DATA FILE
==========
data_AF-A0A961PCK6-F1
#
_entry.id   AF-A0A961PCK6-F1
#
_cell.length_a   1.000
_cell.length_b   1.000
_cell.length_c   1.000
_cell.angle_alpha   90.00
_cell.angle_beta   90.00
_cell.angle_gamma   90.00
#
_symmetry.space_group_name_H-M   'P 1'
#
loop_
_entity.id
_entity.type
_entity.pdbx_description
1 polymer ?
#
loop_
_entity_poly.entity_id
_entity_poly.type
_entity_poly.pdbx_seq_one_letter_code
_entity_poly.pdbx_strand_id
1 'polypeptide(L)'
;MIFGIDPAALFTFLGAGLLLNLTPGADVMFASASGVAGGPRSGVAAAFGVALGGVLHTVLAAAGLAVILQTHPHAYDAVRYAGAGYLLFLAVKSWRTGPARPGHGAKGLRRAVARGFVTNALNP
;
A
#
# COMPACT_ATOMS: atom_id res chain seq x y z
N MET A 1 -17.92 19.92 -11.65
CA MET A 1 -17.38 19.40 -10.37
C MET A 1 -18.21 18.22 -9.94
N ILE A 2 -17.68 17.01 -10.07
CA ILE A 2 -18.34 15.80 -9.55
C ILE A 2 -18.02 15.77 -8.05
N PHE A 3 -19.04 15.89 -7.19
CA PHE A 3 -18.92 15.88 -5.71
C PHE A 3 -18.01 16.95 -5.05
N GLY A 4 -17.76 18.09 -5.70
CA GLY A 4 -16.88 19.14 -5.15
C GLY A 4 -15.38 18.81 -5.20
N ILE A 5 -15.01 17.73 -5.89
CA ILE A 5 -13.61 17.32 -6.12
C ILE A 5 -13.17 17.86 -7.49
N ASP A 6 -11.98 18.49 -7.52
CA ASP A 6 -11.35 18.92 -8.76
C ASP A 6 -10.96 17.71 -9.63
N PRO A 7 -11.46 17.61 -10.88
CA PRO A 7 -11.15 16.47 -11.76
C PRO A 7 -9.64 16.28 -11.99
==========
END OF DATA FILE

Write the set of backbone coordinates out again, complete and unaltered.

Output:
data_AF-A0A961PCK6-F1
#
_entry.id   AF-A0A961PCK6-F1
#
_cell.length_a   1.000
_cell.length_b   1.000
_cell.length_c   1.000
_cell.angle_alpha   90.00
_cell.angle_beta   90.00
_cell.angle_gamma   90.00
#
_symmetry.space_group_name_H-M   'P 1'
#
loop_
_entity.id
_entity.type
_entity.pdbx_description
1 polymer ?
#
loop_
_entity_poly.entity_id
_entity_poly.type
_entity_poly.pdbx_seq_one_letter_code
_entity_poly.pdbx_strand_id
1 'polypeptide(L)'
;MIFGIDPAALFTFLGAGLLLNLTPGADVMFASASGVAGGPRSGVAAAFGVALGGVLHTVLAAAGLAVILQTHPHAYDAVRYAGAGYLLFLAVKSWRTGPARPGHGAKGLRRAVARGFVTNALNP
;
A
#
# COMPACT_ATOMS: atom_id res chain seq x y z
N MET A 1 -17.92 19.92 -11.65
CA MET A 1 -17.38 19.40 -10.37
C MET A 1 -18.21 18.22 -9.94
N ILE A 2 -17.68 17.01 -10.07
CA ILE A 2 -18.34 15.80 -9.55
C ILE A 2 -18.02 15.77 -8.05
N PHE A 3 -19.04 15.89 -7.19
CA PHE A 3 -18.92 15.88 -5.71
C PHE A 3 -18.01 16.95 -5.05
N GLY A 4 -17.76 18.09 -5.70
CA GLY A 4 -16.88 19.14 -5.15
C GLY A 4 -15.38 18.81 -5.20
N ILE A 5 -15.01 17.73 -5.89
CA ILE A 5 -13.61 17.32 -6.12
C ILE A 5 -13.17 17.86 -7.49
N ASP A 6 -11.98 18.49 -7.52
CA ASP A 6 -11.35 18.92 -8.76
C ASP A 6 -10.96 17.71 -9.63
N PRO A 7 -11.46 17.61 -10.88
CA PRO A 7 -11.15 16.47 -11.76
C PRO A 7 -9.64 16.28 -11.99